“I’ll drive!” he yelled.
“Listen, boyo, I’ve had plenty of tactical driving—”
“And I didn’t just get a concussion. So move it, sister!”
She looked ready to bite his head off, but she was still wobbly on her feet. She finally relented and abandoned the driver’s seat to Kowalski. He discovered a screwdriver already jammed in place in the steering column, serving as a key. Judging by the roar next to them, Gray started his vehicle with no more difficulty.
Jain took the passenger seat up front, leaving the rear bench to Tucker and the boy. Kane crouched between them, panting, flinging a bit of drool in his adrenaline-fired excitement.
“Hang on!” Kowalski yelled, grinning way too big.
The buggy leaped forward like a bee-stung horse—just as an ear-shattering explosion flung a nearby truck into the air.
Another rocket blast.
Tucker twisted around. Behind them, the helicopter roared out of the camp and aimed toward them. An M230 chain-gun on the chopper’s undercarriage chewed across the sand—chasing after them.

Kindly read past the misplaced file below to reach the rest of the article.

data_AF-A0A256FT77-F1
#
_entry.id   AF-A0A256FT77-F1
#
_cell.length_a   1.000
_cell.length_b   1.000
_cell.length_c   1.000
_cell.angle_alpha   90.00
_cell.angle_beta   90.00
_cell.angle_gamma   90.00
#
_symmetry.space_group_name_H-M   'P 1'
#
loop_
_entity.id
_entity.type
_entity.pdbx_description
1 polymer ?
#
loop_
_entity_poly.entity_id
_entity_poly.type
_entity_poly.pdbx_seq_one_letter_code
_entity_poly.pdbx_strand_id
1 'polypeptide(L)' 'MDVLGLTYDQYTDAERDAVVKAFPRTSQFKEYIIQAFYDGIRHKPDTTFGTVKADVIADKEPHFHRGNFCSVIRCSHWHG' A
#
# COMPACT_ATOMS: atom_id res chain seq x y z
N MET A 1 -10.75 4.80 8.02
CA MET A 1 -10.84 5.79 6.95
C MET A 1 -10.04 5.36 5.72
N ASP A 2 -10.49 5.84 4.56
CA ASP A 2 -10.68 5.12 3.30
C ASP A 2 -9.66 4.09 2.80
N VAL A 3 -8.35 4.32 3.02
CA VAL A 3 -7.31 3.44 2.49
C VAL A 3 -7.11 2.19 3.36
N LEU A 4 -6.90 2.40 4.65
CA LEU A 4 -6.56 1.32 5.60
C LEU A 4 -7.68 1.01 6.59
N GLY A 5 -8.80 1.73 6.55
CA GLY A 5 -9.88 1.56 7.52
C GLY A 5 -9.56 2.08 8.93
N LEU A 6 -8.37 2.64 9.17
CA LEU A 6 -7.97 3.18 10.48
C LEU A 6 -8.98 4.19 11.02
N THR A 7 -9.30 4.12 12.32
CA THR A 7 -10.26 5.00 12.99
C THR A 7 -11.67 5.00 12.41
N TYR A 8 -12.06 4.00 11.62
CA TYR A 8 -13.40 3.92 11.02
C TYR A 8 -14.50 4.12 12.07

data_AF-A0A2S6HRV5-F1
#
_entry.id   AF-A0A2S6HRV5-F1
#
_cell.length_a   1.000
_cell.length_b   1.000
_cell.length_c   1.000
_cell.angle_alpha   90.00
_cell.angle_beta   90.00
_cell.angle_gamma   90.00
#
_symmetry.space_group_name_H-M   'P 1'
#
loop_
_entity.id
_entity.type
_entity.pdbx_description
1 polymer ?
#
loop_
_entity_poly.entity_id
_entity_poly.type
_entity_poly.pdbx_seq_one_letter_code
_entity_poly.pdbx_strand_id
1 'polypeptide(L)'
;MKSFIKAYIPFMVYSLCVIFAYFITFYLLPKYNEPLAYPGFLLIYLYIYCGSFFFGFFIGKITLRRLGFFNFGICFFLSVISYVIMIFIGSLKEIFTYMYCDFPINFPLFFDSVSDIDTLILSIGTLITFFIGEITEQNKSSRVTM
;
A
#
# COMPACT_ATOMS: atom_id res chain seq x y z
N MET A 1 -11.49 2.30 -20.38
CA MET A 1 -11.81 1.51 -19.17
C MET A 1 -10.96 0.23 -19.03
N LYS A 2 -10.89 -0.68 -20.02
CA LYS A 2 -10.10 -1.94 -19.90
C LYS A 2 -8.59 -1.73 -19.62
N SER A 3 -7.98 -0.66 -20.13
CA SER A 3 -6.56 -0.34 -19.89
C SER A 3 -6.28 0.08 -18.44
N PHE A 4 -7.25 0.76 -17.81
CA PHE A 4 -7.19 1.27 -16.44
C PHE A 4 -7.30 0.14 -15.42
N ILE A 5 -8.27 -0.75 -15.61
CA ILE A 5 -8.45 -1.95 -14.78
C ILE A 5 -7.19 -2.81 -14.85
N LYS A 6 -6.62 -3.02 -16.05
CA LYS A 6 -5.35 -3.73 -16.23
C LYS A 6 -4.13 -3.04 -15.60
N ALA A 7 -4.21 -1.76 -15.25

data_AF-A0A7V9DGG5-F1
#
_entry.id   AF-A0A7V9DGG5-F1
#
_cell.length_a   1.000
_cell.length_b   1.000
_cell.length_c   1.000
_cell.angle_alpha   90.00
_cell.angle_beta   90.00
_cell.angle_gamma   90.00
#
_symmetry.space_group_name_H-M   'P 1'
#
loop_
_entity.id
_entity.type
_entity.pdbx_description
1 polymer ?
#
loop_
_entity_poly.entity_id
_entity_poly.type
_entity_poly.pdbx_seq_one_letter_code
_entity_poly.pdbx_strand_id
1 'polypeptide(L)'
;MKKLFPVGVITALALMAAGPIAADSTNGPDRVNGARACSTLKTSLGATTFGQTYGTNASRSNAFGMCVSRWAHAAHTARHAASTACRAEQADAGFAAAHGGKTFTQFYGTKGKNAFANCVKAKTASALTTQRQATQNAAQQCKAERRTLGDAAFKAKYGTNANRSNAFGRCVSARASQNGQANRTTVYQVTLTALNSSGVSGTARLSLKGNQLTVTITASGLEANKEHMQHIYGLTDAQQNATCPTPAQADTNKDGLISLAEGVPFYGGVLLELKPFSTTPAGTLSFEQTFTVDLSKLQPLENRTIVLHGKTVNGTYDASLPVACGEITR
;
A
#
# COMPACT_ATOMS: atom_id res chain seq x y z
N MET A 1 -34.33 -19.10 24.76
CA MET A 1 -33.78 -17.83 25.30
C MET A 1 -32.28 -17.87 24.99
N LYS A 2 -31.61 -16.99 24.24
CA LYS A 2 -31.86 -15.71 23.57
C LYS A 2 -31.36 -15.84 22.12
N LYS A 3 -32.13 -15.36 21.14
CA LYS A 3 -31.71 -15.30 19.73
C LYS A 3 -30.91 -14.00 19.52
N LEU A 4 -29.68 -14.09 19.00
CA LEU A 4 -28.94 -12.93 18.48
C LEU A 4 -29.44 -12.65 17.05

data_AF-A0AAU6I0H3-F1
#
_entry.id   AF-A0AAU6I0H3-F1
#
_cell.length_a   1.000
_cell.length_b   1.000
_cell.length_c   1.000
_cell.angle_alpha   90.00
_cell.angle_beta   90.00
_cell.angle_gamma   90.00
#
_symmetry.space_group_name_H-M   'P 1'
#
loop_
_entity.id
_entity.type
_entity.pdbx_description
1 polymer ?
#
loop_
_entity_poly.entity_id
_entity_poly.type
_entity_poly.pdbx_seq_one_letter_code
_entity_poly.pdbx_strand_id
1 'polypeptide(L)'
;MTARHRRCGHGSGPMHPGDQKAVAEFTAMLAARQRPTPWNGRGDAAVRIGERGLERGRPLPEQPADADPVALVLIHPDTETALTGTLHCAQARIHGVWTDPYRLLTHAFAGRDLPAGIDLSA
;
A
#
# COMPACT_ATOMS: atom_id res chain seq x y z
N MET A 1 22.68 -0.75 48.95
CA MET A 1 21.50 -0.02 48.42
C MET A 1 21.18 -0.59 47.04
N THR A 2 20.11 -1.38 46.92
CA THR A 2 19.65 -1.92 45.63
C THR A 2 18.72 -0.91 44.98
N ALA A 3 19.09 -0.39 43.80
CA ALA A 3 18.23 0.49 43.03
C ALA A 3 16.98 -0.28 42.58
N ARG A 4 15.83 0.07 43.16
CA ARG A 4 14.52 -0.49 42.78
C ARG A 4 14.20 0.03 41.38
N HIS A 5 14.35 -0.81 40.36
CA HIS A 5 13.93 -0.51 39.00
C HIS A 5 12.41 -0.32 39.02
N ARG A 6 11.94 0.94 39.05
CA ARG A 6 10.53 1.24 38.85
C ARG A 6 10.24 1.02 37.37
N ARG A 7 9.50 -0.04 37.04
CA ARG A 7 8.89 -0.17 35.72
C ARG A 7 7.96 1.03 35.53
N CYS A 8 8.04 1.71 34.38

But they weren’t defenseless.
The Ferret armored car raced into view, as fleet-footed on its large tires as its nimble namesake. It crossed into the path of the attack helicopter. From the minitank’s turret, the machine gun chattered, firing up at the bird in the sky.
Captain Alden manned the weapon himself, shrouded in gun smoke and swirls of dusty sand. The minitank skidded around to face the diving helicopter head-on. Rounds cracked into the chopper’s windshield, driving the bird to the side as the pilot panicked.
The armored car spun a full circle and took off, driving wildly through the parked vehicles. The chopper twisted in midair and took off after them, like a hawk after a fleeing rabbit—or, in this case, a fleeing ferret.
Tucker settled back around, looking forward. Kowalski hit a ridge at full speed and jumped the buggy into the air. The driver hollered his joy. Tucker and Baashi flew into the aluminum half-roof over the bench seat. Tucker managed to get hold of Kane’s leather collar as they crashed back down.
The dog growled angrily, ready to bite someone.